The cosmetic surgery industry is currently in the mature marketing phase, says practice consultant Catherine Maley, who compares the old growth funnel with the new and explains how to survive in today’s marketplace.
Saying that “times have changed” would be a massive understatement when referring to growing a cosmetic practice in today’s marketplace.
To make sense of it, it helps to understand the structure and stages of an industry so you can then adapt to it.
Every industry goes through stages of introduction, growth, maturity, and decline.
Why? For lots of reasons, but the biggest one is because society and its consumers accept products and services at different rates. As society begins to adopt and accept an innovation, the demand for new services grows and eventually reaches maturity.
But a lot happens between these stages.
Just one generation ago growing a cosmetic practice was straight forward. At that time, cosmetic surgery was still a taboo topic and only for celebrities and consumers of high-worth value. Because demand for cosmetic surgery was limited, so were the number of service providers, most of whom were plastic surgeons who did a lot of reconstructive surgery and wanted to spread their wings to the cash side of medicine.
Advertising was minimal and consisted of a few surgeons investing in mass advertising via TV, radio, and print ads that centered on the surgeon’s status.
Prospective patients looked up to surgeons and, most often, went with the surgeons’ recommendations since they were regarded as the experts.
When prospective patients called the office, it was to book a consultation with the surgeon. More often than not, patients showed up for their appointments and conversions were fairly straight forward.
This old cosmetic practice growth funnel worked well. There were few plastic surgeons to choose from and they enjoyed regal status.
As society accepted cosmetic surgery more (thanks to the media who report on it and the Kardashians who partake in it… a lot), consumer demand increased dramatically.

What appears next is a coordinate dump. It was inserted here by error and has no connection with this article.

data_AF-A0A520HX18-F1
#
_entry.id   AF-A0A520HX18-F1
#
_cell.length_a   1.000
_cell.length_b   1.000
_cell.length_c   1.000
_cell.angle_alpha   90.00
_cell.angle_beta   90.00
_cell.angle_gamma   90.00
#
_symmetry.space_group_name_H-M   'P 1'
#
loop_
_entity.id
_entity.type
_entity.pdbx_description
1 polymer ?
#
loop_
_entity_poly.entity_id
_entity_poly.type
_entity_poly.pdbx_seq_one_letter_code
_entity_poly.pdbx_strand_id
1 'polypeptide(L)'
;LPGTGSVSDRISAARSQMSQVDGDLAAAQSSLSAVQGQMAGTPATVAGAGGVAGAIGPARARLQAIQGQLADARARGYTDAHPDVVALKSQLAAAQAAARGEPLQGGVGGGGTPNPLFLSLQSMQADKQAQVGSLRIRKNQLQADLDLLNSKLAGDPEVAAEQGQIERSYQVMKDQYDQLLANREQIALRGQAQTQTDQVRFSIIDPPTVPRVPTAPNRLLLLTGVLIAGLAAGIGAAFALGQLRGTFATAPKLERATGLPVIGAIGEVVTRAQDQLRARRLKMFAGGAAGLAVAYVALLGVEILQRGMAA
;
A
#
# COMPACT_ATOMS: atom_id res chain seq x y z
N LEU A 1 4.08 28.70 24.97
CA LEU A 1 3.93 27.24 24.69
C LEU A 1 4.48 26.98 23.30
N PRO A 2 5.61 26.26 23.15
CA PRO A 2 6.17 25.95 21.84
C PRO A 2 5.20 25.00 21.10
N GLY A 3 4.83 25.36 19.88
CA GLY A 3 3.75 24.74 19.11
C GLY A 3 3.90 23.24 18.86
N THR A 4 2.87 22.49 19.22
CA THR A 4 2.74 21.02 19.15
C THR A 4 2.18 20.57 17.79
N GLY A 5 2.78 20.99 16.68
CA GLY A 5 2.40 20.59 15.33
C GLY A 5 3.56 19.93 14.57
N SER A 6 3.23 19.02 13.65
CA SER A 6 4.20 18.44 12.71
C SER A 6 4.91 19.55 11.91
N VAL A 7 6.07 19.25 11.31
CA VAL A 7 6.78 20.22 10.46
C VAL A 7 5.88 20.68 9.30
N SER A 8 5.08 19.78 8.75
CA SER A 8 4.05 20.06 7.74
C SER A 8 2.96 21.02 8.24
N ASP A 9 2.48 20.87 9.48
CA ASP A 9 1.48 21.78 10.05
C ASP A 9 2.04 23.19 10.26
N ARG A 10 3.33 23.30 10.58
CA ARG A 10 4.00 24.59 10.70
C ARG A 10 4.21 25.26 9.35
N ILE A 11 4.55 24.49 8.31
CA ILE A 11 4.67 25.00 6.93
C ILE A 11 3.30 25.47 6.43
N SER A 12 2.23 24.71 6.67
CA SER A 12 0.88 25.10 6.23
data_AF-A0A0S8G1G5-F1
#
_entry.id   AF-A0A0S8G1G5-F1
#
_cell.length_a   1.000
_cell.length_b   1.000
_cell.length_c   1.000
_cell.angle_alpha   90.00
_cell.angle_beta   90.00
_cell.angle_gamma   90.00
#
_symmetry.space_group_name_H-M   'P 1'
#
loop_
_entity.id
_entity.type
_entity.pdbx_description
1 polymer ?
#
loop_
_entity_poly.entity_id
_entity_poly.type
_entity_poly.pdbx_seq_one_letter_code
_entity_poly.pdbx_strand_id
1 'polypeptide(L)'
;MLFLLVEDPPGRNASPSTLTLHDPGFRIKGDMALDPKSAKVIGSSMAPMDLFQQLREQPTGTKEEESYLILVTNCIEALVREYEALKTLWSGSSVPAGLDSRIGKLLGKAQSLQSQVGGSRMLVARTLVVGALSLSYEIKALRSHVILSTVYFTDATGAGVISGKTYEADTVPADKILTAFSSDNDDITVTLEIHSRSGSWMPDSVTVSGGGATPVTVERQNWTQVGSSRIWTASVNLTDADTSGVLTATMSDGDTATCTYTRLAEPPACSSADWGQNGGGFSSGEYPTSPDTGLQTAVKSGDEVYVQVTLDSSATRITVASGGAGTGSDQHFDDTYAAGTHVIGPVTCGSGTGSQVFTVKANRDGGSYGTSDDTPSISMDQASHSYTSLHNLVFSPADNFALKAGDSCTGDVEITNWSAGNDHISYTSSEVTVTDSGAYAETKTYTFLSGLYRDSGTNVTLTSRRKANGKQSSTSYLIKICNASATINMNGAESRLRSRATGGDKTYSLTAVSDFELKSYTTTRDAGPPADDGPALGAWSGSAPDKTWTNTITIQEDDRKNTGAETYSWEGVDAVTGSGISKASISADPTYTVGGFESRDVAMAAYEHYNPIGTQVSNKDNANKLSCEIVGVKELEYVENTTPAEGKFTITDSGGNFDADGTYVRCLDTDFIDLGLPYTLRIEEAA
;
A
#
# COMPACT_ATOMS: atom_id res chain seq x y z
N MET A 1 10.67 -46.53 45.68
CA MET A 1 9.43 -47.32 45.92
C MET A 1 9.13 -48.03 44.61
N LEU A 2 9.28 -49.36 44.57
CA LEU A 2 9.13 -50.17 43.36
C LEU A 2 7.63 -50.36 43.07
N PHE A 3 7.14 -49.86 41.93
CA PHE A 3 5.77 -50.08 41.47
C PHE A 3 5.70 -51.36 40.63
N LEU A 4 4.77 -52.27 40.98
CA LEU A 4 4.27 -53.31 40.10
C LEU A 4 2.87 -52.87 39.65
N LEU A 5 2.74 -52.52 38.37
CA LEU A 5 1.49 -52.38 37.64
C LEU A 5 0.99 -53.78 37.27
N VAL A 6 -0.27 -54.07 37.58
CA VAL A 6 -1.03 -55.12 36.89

The growth in demand for cosmetic surgery, coupled with exciting technological advancements, not only opened up the industry to an increase in consumers, but also to an increase of service providers.
No longer was cash-based cosmetic medicine limited to board-certified plastic surgeons. Any MD could open a medspa and provide convenience and service for cash-based, non-surgical procedures that filled the need for consumers not ready for surgery.
Then, as government regulations deterred medical providers from practicing insurance-based medicine due to low reimbursement and high cost and hassle of reimbursement, that supply of cash-based service providers increased even more.
Once there was a proven consumer demand for cosmetic surgery, big business and pharma also jumped in and created more solutions for service providers to offer to consumers.
And, all of that increased the competition dramatically.
Today, consumer demand continues to increase even more and includes new types of consumers (men and the younger population), as well as geographic opportunities, so the future looks promising.
But all of this leads to commoditization within the aesthetic industry.
As the competition enters the market, they frequently offer aesthetic services at lower prices. They almost have to since they don’t enjoy status and need to enter the marketplace to attract new cosmetic patients somehow.
This creates a downward sloping demand curve that reflects the willingness of consumers to purchase more of the commodity at lower price levels.
Now, consumers have a plethora of solutions at a range of prices to choose from. This scenario forces cosmetic surgeons to either lower their prices to compete or add more value to justify the higher prices.
Adding value includes creating an image and brand to position the practice in a crowded marketplace as a high-end service provider offering better quality of results, excellent customer service, an upscale experience, and so on.
With so many service providers and many more manufacturers offering countless solutions to address consumers’ cosmetic concerns, the competition for new cosmetic patients becomes fierce. Increased competition causes profits to peak at the end of the growth stage and beginning of the maturity stage, so total sales continue to grow during the first part of the maturity stage.
Profits then decline during the remainder of the maturity stage because even though many consumers are buying, they are buying on price more often than value.
Here is the point: In the growth stage, even inefficient practices make money. However, only the best run practices survive in the maturity stage.
Less efficient practices struggle to generate positive cash flow in an uber-competitive environment because they are not able to spend enough to attract the number of patients needed to generate positive cash flow, so they get weeded out.
Today’s cosmetic practice growth funnel is more complex. Cosmetic practices have to be able to balance their advertising costs and overhead expenses to keep a steady stream of patients coming to them without going broke.